Tuesday, June 9, 2015

vanishing point

He could disappear. It took no effort, anymore. He was losing control.

Walking alone, down crowded halls, he just slipped away. A naked eye, he was. He could see. He could not understand.

They kept on flitting, to and fro, singing, laughing, crying, hoping, dreaming, repressing, forcing back truths, eagerly eating lies. They just kept on in their mysterious dances.

He could not hear their melody. He’d watched for so long, unseen; he scarcely noticed when he was no longer quite there.

He could not affect the world when he was like this. Not that he affected the world much, anyway.

Sometimes he drifted to the teacher’s lounge. He watched them drink the black, bitter antidote to sleep. He saw how they sucked fire through tubes and sent carcinogenic smoke down their throats. If he looked hard enough, he could see the small, sad pleasure in their blinking eyes.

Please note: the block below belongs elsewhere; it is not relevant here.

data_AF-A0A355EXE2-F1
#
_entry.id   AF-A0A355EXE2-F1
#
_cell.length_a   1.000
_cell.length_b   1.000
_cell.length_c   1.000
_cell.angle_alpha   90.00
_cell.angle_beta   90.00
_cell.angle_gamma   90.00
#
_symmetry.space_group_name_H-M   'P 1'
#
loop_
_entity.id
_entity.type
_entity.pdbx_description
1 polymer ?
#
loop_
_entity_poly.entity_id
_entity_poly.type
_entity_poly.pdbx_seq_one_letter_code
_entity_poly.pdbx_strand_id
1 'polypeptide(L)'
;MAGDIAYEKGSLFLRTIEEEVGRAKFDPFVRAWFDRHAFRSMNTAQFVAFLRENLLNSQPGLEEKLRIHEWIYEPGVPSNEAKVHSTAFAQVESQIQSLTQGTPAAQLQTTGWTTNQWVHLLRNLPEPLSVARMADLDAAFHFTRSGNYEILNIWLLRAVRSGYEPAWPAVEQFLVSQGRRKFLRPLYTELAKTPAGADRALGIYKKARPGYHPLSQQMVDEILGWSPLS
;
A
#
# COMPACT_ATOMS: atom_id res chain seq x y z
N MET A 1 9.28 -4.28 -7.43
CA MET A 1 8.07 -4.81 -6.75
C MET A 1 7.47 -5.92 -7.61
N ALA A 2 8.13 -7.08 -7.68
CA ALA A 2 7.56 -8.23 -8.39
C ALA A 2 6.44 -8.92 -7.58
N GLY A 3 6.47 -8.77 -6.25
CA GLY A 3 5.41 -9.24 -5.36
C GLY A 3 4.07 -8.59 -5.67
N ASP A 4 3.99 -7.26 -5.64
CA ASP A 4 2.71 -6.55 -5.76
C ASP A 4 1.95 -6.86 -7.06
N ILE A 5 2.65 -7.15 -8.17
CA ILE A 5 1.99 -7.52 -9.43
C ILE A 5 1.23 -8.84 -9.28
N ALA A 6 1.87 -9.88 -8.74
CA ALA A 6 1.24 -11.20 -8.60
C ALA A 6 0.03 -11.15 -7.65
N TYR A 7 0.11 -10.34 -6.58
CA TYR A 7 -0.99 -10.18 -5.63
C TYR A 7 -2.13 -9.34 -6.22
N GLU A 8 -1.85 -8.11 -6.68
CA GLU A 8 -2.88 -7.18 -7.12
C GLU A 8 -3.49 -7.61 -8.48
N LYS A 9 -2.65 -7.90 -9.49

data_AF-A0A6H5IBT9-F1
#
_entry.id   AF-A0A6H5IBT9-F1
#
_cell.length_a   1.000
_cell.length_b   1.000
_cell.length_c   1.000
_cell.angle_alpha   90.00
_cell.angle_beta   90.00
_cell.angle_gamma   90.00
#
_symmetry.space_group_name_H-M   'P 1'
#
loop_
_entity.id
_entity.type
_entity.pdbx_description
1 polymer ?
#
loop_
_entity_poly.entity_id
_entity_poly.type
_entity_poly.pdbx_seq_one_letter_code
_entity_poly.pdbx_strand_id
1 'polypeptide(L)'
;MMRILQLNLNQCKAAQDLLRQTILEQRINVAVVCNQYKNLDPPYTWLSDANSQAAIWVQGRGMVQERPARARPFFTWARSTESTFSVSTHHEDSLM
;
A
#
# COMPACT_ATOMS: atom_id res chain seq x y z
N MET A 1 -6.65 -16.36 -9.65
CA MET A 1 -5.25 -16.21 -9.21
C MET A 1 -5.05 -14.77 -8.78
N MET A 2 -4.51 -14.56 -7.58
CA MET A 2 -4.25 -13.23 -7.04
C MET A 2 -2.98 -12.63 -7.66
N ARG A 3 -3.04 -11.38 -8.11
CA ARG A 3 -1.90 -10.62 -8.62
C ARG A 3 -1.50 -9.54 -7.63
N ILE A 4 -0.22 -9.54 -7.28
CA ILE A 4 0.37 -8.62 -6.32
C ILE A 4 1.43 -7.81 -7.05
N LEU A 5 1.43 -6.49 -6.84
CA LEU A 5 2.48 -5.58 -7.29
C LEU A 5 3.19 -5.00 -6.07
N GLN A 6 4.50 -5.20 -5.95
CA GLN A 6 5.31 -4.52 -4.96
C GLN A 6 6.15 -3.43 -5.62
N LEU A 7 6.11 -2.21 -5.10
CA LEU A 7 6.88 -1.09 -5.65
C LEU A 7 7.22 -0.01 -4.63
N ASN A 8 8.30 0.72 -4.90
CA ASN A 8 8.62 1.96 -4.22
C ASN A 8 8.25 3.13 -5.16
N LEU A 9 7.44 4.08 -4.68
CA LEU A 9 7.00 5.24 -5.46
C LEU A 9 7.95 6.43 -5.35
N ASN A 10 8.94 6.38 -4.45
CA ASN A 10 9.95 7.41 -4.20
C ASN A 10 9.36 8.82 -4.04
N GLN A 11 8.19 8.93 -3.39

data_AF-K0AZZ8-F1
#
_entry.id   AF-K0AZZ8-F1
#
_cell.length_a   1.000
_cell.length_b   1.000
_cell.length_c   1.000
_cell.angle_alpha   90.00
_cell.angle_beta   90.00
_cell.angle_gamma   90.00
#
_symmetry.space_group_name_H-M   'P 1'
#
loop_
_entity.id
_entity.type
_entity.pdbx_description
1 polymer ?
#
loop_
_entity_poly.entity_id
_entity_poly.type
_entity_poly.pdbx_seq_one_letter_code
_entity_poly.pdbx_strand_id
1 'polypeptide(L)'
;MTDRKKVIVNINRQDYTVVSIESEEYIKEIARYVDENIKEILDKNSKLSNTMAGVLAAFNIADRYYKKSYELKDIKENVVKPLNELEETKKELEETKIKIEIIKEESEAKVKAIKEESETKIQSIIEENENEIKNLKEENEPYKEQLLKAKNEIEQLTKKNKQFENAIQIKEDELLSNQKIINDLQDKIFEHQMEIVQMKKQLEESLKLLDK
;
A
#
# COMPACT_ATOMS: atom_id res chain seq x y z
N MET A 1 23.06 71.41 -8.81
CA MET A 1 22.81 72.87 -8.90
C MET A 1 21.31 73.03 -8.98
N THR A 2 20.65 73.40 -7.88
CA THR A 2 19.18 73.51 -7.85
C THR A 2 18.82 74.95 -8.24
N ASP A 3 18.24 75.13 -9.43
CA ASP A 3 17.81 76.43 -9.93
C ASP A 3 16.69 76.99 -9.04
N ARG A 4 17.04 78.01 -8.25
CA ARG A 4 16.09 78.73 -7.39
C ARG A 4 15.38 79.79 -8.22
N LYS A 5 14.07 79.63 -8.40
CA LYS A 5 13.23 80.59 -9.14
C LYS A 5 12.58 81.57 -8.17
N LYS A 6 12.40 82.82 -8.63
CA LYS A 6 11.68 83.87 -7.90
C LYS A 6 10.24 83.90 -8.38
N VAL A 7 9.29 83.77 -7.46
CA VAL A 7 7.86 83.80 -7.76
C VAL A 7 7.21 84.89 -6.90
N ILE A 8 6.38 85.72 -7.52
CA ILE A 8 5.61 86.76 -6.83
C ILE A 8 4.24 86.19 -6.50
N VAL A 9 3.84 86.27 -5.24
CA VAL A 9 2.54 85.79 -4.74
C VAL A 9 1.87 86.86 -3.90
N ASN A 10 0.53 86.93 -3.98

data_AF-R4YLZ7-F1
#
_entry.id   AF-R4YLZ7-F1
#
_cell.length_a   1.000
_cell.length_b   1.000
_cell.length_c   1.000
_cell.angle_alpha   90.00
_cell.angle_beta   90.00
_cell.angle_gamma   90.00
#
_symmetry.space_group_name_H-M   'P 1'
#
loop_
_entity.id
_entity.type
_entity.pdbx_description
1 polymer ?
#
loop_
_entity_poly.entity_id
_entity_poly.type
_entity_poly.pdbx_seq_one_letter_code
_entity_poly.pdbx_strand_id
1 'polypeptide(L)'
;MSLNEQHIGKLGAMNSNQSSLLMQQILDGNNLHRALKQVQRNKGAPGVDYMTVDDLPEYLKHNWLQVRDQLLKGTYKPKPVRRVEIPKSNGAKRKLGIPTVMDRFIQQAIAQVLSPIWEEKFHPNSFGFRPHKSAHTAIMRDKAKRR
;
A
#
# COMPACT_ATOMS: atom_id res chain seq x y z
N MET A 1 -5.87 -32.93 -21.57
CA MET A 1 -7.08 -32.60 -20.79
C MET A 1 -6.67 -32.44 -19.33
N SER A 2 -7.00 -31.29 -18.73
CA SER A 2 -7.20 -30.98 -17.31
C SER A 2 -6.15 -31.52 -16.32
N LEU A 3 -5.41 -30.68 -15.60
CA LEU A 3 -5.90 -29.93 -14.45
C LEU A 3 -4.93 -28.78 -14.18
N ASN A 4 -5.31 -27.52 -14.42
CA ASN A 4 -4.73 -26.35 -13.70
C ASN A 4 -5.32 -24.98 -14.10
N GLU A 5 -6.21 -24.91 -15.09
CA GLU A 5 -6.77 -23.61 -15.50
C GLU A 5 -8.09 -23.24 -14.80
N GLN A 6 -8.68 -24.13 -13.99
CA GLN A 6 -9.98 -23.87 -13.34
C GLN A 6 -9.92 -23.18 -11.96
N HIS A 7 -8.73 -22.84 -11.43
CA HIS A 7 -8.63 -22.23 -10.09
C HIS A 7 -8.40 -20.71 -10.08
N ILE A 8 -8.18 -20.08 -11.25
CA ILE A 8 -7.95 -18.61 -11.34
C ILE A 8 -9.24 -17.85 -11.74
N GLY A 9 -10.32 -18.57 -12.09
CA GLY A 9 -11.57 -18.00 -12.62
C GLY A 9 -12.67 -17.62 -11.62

If he could make it before the door crashed closed, he could watch the girls cry alone behind bathroom stalls. This was dangerous.

If he saw too closely, he would be reminded of himself. He would be visible. He could be caught.

But there was little point in looking without seeing.

It mattered little, he thought. He hadn’t seen himself in ages. He was not certain he was still there.

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